The Constitution requires all of Congress and the president to swear to uphold the Constitution. Yet, too often today, public officials of both parties ignore that. The Centers for Disease Control and Prevention’s (CDC) reinstating its eviction mortarium yesterday, after a majority of the Supreme Court held that it was illegal, is another example of this.
When passing the Affordable Care Act, House Speaker Nancy Pelosi (D-CA) did not even consider the constitutionality to be a serious question for Congress to consider, answering, “Are you serious?” when asked about it. Former Rep. Phil Hare (D-IL), at the time said, “I don’t worry about the Constitution on this, to be honest. I care more about the people that are dying every day that don’t have health insurance.”
The policy is what important to these members of Congress; the Constitution they swore to defend seems like a secondary concern.
When asked about the constitutionality of the CDC’s eviction mortarium, President Biden acknowledged that, “The bulk of the constitutional scholarship says that it’s not likely to pass constitutional muster.” So why did Biden do something he acknowledges is “not likely to pass constitutional muster”? Because, he says, “at a minimum, by the time it gets litigated it will probably give some additional time while we’re getting that $45 billion out to people who are in fact behind in the rent and don’t have the money.”
Biden appears to be buying time by litigating something that even he doesn’t seem to believe is likely constitutional. Again, policy first, constitutional duty second. Yesterday, Rep. Alexandria Ocasio-Cortez (D-NY) told him to do it for just this reason: “Even if it gets struck down, we need the administration to buy Congress time to authorize a larger, longer-term extension.”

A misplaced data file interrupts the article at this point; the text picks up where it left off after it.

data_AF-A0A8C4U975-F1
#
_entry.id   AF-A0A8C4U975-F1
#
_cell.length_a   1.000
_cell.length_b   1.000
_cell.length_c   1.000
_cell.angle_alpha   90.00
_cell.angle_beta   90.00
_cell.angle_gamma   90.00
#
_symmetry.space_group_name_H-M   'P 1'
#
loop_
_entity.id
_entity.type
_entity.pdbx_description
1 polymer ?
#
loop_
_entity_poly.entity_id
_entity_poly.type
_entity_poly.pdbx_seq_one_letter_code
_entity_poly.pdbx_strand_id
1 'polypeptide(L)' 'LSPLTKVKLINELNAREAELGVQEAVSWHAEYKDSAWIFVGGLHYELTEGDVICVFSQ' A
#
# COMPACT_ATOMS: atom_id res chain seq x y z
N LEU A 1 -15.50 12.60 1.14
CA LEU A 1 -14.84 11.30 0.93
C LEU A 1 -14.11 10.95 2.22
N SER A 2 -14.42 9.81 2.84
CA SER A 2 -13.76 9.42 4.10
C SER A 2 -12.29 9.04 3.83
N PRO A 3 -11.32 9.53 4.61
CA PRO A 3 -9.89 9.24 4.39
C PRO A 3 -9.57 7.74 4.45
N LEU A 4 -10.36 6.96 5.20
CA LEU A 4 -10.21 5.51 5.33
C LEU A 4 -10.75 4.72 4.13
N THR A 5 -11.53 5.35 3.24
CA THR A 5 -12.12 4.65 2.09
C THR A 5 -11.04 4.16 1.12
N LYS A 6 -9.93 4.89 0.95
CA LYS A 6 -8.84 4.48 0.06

Rep. Maxine Walters (D-CA) likewise encouraged the Biden administration to extend the mortarium regardless of what the Supreme Court had said, writing: “Who is going to stop them? Who is going to penalize them? There is no official ruling saying that they cannot extend this moratorium. C’mon CDC—have a heart! Just do it!”
Sadly, President Biden isn’t the only recent president to do this. President Obama said he didn’t believe the Defense of Marriage Act was constitutional, but would continue to enforce it.
Chief Justice Roberts, at the oral arguments criticized: “I would have thought your answer would be that the Executive’s obligation to execute the law includes the obligation to execute the law consistent with the Constitution.” Roberts continued, that “if he has made a determination that executing the law by enforcing the terms is unconstitutional, I don’t see why he doesn’t have the courage of his convictions and execute not only the statute, but do it consistent with his view of the Constitution, rather than saying, oh, we’ll wait till the Supreme Court tells us we have no choice.”
Biden is likewise forcing the Supreme Court to have to tell the administration they have no choice so they don’t have to take the political heat of defending the Constitution themselves.
This wasn’t the way the Founders saw how our government should run. Instead, they saw our government as requiring one of civic virtue, where people would at least try and do the right thing even if it didn’t follow their preferred policy positions most of the time.
Were we not to have optimism that people could sometimes do that, as Federalist 55 wrote, then “there is not sufficient virtue among men for self-government; and that nothing less than the chains of despotism can restrain them from destroying and devouring one another.” This is what Benjamin Franklin meant when asked what kind of government we had, and he replied “A Republic, if you can keep it.”
Even if our leaders think they have the best policies in the world, following the right means of implementing them are important too. We must tell our leaders to give up the ends justifies the means method of government that too often prevails today and return to a government of civic virtue.